Last edited by AE2CS; 09-10-2010 at 06:39 AM.
I like the idea of sending a line to the tree and string a dipole, or hide an inverted V in there if you can. That's what I'd do. I like wire antennas because of the price.
'CS just beat me to the inverted-V idea; I was doing the trigonometry!
At 6m centre height a 17m inverted-V (ca. 8.5m/leg) with a 90 degree apex angle could be run in almost any direction; it might just fit across the 12m dimension of the roof.
my doublet is 30m long and the center is attached just below the roof line of my apartment building (21 meters or so high). From there, the two 15m legs run out at something quite less than a 90 degree angle... Each leg runs perhaps 5-10m to a tree, then over the branches and down vertically suspended by weights.
I feed it with 300 ohm twinlead TV line. I use a small tuner with 4:1 balun and I can tune it from 80m to 6m.
I worked Hawaii this morning. I worked Slovenia last night. I'm probably not the strongest signal, but I get through
Some day I'll have an 89 foot tower and monoband yagis. But for now, this is ok...
I have not modeled the antenna and honestly I wouldn't know how. There are just too many variables... The trees, my building, fire escapes, misc urban infrastructure... not to mention the George Washington Bridge, which is nearly a stone's throw away...
What I can tell you is that it works...
What I can also tell you is that I have found very often that the results I end up with, and the *actual* problems I end up solving are very, very different (usually) than the problems I *thought* I had, or the ones somebody else told me I would have...
You will ultimately have to experiment and see what works for you. The reason I commented was because your location looked so similar to mine.
Well, I already tried Inverted V. using fiberglass fishing rod. Sure it works, but I want something with better gain.
There is no way to have gain without being directional. That means some directions would be no good, other directions better.
Originally Posted by 4L4AGU
From Georgia you have populated DX in almost every direction.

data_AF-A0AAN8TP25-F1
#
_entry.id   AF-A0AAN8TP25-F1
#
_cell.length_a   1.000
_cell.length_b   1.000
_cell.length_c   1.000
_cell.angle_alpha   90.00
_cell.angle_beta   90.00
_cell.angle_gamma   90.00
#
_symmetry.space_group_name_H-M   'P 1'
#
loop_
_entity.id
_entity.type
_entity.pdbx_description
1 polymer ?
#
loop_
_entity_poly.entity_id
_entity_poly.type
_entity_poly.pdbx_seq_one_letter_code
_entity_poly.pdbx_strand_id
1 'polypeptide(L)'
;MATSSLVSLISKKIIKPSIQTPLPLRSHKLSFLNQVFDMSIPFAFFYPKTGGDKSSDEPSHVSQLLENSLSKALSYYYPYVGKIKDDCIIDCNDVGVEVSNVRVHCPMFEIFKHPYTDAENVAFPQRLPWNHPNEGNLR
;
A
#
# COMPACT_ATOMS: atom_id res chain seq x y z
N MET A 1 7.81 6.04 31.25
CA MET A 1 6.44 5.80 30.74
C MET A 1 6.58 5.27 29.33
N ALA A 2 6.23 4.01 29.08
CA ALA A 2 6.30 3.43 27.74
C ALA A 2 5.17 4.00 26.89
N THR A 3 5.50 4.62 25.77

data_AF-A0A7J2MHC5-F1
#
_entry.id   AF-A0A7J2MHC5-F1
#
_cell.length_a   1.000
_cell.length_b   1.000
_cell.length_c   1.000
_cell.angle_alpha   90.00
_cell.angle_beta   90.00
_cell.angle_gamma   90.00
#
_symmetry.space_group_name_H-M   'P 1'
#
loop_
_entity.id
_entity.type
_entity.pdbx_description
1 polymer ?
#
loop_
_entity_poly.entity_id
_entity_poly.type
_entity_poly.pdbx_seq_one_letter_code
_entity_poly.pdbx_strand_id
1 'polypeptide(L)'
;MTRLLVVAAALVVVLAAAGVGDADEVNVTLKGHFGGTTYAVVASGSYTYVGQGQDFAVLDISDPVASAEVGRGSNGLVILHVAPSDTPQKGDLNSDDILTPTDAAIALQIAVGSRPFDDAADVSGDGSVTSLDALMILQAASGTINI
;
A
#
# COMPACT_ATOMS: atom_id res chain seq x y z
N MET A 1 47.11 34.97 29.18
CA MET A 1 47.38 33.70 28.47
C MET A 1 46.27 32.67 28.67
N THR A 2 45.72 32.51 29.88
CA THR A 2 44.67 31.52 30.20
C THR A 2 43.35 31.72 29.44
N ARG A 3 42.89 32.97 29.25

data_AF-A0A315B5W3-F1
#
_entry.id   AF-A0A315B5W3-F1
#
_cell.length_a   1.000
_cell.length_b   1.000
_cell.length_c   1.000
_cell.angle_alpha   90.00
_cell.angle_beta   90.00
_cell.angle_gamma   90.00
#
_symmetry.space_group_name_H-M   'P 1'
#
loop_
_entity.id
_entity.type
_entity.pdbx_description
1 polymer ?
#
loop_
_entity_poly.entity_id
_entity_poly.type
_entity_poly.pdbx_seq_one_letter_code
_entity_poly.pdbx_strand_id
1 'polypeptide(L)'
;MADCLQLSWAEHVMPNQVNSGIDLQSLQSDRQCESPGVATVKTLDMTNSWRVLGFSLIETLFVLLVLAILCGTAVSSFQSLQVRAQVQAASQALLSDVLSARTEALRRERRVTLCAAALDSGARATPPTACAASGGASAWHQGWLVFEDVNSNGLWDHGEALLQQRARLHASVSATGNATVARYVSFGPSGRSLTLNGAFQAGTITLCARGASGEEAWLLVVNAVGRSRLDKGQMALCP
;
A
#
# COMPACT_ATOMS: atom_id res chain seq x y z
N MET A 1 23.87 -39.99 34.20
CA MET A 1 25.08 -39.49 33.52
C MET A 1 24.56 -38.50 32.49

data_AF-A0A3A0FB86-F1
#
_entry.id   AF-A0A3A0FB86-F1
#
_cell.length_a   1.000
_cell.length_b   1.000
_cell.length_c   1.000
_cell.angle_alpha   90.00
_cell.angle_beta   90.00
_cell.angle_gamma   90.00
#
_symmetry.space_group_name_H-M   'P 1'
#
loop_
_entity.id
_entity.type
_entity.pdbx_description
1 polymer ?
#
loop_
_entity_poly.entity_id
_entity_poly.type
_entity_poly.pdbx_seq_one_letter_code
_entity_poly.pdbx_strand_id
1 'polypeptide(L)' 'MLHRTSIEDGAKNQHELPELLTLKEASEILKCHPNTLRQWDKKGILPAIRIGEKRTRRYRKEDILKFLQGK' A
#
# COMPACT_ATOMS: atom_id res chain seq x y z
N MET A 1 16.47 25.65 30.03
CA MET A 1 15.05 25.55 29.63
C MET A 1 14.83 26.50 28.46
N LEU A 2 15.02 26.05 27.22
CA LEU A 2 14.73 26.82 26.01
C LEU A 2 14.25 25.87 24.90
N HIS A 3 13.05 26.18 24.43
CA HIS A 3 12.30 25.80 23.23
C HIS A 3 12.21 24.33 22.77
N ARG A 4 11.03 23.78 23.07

A second problem is noise from the building.
You might want to run a longwire from the roof to another building, and a vertical on the roof. Then between the two antenna use the best one. You could lay a ground system on the roof, either screen or wire, and use it as a counterpoise. The biggest problem would be stealing the wire or people falling on it, not electrical shock problem danger.
Yes I know that directionality will "kill" certain directions for me, but it's OK for me. Below is the approximate list of countries I've logged during last year (only RX, my T2FD is good for only local, 20-30km contacts).
14 & 18 mhz.
Really rockin' and always good signal:
1. Romania & moldova
2. Serbia, Croatia, and nearby countries
3. Saudi arabia/israel
4. Russia 4, 5, 6, 9 regions
6. Spain and Portugal
more rare, but still prominent:
Germany & poland, sometimes - austria
Baltic countries and northen europe (except finland, never recorded any contact). most active is Lithuania
UK and Ireland, USA & Canada (northen states of USA) , France
Very very rare (1 or 2 contacts logged):
India, Mozambique, south african republic
Ukraine, belorus, russia 0, 1, 2, 3 regions, sometimes I hear local rig chewers chat from Italy.
Russia and Ukraine mostly, only once heard Israel.
If you mark all these countries on the map, some kind of "beam" clearly can be seen. As I know, T2FD is not directional, but this directivity is may be caused by my geographical location - I'm surrounding with mountains from all sides, but they are significally lower in north-west direction, so this may be the reason. It's really strange to me, to not hear local hams, like ones from Turkey or Armenia or Azerbaijan (recently I've logged contact between Canada and Armenia. Canada was heard 59+20, while I can't hear Armenia at all).
Considering all above, I already have some "directivity" and it's OK for me.
Last edited by 4L4AGU; 09-10-2010 at 06:03 PM.